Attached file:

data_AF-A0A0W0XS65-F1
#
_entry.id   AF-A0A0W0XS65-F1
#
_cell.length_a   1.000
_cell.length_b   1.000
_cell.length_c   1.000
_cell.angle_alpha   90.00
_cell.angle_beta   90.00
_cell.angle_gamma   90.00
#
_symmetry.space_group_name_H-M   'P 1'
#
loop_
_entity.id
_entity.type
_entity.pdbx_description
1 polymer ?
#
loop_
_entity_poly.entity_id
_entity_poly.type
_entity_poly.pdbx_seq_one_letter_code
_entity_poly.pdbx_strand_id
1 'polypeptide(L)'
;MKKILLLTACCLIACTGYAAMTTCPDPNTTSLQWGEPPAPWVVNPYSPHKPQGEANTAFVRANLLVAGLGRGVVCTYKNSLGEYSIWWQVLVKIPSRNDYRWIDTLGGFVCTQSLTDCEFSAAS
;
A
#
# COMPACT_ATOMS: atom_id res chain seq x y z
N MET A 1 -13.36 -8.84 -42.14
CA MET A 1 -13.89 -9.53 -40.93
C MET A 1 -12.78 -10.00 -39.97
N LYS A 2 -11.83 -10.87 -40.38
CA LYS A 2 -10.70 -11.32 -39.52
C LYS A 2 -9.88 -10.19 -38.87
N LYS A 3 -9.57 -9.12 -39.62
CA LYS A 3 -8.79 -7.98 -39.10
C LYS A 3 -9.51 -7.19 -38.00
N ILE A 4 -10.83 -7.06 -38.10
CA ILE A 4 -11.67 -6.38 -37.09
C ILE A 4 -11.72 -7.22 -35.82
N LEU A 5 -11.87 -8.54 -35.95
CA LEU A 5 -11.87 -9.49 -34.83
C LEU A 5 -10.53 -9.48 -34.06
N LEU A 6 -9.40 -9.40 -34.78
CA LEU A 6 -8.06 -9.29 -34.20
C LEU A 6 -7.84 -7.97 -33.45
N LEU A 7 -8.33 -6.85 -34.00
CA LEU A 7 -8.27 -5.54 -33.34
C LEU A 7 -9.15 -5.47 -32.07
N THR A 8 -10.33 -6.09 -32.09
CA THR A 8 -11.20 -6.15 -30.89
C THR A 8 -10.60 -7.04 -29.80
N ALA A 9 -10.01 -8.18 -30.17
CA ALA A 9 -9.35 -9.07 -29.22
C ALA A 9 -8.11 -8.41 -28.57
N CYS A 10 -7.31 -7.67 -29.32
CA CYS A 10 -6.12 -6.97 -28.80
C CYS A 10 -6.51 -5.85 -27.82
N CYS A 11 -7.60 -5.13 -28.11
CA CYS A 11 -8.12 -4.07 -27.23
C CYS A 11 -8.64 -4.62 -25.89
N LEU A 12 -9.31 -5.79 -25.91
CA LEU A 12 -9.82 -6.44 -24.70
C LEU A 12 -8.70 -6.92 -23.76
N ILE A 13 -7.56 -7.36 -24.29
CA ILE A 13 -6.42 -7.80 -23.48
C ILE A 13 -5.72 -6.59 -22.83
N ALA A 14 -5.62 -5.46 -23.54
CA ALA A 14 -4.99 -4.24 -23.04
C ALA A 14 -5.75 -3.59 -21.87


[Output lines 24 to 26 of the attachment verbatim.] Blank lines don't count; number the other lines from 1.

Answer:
_entity_poly.pdbx_strand_id
1 'polypeptide(L)'
;MKKILLLTACCLIACTGYAAMTTCPDPNTTSLQWGEPPAPWVVNPYSPHKPQGEANTAFVRANLLVAGLGRGVVCTYKNSLGEYSIWWQVLVKIPSRNDYRWIDTLGGFVCTQSLTDCEFSAAS